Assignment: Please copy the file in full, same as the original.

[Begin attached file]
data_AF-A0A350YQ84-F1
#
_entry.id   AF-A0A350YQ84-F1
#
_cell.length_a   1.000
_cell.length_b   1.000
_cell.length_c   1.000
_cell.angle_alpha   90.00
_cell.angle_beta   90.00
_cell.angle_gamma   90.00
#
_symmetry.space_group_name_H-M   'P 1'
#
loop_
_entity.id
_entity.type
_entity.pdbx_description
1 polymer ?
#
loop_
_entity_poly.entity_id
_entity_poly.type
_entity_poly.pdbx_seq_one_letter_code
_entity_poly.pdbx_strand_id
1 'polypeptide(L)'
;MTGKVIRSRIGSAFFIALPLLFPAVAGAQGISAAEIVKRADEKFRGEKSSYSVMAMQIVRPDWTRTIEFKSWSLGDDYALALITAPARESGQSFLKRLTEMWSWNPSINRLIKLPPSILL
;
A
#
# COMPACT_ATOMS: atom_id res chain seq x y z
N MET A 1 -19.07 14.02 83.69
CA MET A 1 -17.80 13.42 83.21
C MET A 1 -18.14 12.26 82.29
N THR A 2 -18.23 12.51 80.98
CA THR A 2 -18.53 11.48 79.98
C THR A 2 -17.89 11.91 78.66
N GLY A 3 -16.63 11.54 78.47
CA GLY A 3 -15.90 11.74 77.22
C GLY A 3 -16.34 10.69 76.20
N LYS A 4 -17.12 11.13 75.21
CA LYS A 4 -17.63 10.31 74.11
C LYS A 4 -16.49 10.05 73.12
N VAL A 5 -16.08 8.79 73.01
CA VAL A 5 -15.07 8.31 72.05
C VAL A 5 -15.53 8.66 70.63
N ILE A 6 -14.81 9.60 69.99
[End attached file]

data_AF-A0A350YQ84-F1
#
_entry.id   AF-A0A350YQ84-F1
#
_cell.length_a   1.000
_cell.length_b   1.000
_cell.length_c   1.000
_cell.angle_alpha   90.00
_cell.angle_beta   90.00
_cell.angle_gamma   90.00
#
_symmetry.space_group_name_H-M   'P 1'
#
loop_
_entity.id
_entity.type
_entity.pdbx_description
1 polymer ?
#
loop_
_entity_poly.entity_id
_entity_poly.type
_entity_poly.pdbx_seq_one_letter_code
_entity_poly.pdbx_strand_id
1 'polypeptide(L)'
;MTGKVIRSRIGSAFFIALPLLFPAVAGAQGISAAEIVKRADEKFRGEKSSYSVMAMQIVRPDWTRTIEFKSWSLGDDYALALITAPARESGQSFLKRLTEMWSWNPSINRLIKLPPSILL
;
A
#
# COMPACT_ATOMS: atom_id res chain seq x y z
N MET A 1 -19.07 14.02 83.69
CA MET A 1 -17.80 13.42 83.21
C MET A 1 -18.14 12.26 82.29
N THR A 2 -18.23 12.51 80.98
CA THR A 2 -18.53 11.48 79.98
C THR A 2 -17.89 11.91 78.66
N GLY A 3 -16.63 11.54 78.47
CA GLY A 3 -15.90 11.74 77.22
C GLY A 3 -16.34 10.69 76.20
N LYS A 4 -17.12 11.13 75.21
CA LYS A 4 -17.63 10.31 74.11
C LYS A 4 -16.49 10.05 73.12
N VAL A 5 -16.08 8.79 73.01
CA VAL A 5 -15.07 8.31 72.05
C VAL A 5 -15.53 8.66 70.63
N ILE A 6 -14.81 9.60 69.99